While more and more household items can be charged through a USB, there's still plenty of gadgets which require AA or AAA alkaline batteries (we're looking at you, Foxtel remote).
You won't be surprised to learn that millions disposable batteries end up in landfill each year in Australia.
The answer could be rechargeable batteries, which will reduce landfill, but could also save the average household up to $300 a year (just think of all those batteries in kid's toys). Sure, rechargeable batteries aren't new, but thanks to IKEA, they've also never been this stylish.
The new LADDA range features batteries at $4.49 for a pack of four, and the VINNINGE portable charger for $4. The VINNINGE is compact and has a USB port, so you can recharge while you're away from home.
There's also a very cool STORHÖGEN battery charger, $40, which looks like a book and has inbuilt cable management -- meaning it can be disguised in a bookshelf. It also means that you'll always know where your batteries are (no more rummaging in the bottom drawer) and you can charge twelve AA or AAA batteries at once.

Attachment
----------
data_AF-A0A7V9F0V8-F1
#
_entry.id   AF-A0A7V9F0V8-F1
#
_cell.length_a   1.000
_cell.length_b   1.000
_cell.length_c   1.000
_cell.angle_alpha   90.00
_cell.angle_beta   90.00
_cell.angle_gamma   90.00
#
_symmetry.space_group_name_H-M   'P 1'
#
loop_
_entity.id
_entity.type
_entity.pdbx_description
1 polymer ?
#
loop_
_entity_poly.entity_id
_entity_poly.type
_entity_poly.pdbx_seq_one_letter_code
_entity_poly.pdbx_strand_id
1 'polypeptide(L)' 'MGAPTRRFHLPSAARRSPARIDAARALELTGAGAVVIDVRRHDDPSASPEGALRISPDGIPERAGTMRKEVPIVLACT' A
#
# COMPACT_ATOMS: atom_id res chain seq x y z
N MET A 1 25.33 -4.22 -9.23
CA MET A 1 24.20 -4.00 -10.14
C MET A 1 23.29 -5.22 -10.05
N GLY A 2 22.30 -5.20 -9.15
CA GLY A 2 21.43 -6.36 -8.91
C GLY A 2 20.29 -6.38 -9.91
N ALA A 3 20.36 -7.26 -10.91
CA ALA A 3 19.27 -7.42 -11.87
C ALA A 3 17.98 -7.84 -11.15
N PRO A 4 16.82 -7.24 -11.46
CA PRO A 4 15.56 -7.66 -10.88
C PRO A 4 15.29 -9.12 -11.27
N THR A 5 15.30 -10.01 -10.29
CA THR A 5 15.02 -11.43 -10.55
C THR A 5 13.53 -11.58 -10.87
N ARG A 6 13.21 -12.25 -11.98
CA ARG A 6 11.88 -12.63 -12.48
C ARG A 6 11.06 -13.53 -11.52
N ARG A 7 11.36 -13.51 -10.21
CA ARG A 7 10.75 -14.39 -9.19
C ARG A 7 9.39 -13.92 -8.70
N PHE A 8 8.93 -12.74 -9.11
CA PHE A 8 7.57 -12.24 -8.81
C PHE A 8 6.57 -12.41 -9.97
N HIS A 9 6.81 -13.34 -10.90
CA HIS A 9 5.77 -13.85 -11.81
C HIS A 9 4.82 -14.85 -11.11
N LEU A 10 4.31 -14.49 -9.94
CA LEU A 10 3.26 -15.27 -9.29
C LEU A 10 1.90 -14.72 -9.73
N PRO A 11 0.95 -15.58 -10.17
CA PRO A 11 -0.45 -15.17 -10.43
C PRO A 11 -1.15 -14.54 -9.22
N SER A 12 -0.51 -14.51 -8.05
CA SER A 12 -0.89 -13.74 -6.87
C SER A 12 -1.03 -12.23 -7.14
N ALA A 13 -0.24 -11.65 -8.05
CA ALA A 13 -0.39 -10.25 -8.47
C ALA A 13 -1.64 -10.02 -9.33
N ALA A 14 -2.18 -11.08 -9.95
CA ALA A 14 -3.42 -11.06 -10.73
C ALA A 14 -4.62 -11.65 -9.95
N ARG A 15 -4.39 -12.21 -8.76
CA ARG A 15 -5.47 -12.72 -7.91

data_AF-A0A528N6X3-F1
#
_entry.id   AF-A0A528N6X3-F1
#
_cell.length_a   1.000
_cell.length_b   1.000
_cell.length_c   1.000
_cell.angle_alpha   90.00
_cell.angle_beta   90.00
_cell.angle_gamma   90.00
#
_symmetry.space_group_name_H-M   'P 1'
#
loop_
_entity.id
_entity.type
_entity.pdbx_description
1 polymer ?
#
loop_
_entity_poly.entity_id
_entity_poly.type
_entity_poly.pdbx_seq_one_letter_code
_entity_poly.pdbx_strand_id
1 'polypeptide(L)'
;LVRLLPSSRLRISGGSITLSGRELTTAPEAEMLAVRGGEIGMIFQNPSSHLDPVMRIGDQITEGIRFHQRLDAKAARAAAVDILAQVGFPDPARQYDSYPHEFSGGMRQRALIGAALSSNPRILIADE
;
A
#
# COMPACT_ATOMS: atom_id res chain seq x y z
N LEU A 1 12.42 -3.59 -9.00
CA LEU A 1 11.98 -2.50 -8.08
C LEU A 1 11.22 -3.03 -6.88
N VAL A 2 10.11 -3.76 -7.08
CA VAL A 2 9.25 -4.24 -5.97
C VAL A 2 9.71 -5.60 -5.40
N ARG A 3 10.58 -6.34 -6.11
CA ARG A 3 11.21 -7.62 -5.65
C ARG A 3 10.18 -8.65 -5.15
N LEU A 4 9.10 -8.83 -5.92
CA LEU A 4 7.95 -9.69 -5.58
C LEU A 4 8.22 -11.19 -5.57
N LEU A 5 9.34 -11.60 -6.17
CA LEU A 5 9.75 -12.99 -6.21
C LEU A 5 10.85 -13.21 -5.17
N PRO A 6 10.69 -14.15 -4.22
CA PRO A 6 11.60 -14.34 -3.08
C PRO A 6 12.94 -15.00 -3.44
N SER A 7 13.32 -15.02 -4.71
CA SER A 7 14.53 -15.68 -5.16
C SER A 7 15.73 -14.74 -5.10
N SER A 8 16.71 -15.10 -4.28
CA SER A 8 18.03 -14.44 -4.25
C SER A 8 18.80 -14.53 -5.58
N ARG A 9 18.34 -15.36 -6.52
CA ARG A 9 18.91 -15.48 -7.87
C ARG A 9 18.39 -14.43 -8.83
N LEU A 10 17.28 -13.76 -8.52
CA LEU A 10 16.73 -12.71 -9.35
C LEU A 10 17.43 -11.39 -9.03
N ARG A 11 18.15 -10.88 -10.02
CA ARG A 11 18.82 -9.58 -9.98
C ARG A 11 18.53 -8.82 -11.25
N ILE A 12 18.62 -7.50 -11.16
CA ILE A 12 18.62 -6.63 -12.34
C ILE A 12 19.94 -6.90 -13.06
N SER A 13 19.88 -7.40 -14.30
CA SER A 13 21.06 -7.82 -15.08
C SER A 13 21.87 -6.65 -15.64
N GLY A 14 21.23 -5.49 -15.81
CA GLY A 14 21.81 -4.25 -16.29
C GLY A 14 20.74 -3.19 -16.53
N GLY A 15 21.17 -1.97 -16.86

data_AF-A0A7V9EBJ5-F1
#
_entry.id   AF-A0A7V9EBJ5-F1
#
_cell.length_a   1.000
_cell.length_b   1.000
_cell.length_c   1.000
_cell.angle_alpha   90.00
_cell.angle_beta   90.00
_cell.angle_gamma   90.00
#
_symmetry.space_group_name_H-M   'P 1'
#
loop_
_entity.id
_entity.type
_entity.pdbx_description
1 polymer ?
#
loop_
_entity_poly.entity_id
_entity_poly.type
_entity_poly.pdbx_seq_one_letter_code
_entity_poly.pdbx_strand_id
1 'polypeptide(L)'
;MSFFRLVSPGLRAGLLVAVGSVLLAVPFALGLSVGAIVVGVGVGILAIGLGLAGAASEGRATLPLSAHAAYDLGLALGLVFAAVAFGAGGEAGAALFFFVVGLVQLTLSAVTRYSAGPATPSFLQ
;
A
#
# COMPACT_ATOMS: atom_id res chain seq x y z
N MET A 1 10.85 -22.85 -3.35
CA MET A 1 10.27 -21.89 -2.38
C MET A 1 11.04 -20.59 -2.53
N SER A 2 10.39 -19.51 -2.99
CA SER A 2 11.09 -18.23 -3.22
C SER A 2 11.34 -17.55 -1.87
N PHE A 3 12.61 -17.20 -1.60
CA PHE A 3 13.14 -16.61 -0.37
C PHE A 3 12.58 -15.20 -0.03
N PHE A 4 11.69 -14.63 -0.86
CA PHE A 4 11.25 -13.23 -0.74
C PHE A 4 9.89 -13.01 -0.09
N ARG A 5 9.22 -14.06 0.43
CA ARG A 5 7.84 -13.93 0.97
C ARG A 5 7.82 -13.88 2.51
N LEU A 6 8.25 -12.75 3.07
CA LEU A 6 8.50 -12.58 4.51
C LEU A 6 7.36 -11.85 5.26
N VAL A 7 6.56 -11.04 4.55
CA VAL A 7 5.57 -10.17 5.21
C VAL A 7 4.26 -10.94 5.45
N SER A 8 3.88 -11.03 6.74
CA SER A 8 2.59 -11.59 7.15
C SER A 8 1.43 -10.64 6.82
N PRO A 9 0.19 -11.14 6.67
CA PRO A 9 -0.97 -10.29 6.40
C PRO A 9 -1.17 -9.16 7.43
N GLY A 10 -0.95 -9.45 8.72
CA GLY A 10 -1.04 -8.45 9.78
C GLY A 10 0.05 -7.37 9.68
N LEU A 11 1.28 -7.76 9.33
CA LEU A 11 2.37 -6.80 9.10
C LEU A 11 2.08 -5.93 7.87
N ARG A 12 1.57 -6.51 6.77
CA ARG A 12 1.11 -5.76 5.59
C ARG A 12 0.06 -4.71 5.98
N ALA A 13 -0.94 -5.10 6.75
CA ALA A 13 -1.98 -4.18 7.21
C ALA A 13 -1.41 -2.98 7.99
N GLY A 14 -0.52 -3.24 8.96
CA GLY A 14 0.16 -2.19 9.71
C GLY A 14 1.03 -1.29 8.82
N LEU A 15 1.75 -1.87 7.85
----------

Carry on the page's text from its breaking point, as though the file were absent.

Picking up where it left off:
IKEA Australia's People and Planet Positive Report 2016 found that 63 percent of all Australians want to live a more sustainable life at home, but don't know where to start.
"Our customers told us that they find lots of challenges with using rechargeable batteries, such as that they are never charged when needed and require bulky charging stations. People also find them too costly. Our new batteries and charging devices were designed to address some of these issues, offering an affordable solution that makes the process simpler," IKEA Australia Home Furnishing Expert Helen Longford said in a brand statement.
"At IKEA we believe that sustainability shouldn't be a luxury and we design our products so that they are affordable for everyone and we also want to help our customers live a more sustainable life at home by providing solutions that make this easy.
"By buying just one rechargeable battery you could save up to 1500 batteries from landfill. This is a really small change that anyone can make in their home to reduce waste and help prevent batteries from ending up in landfill."
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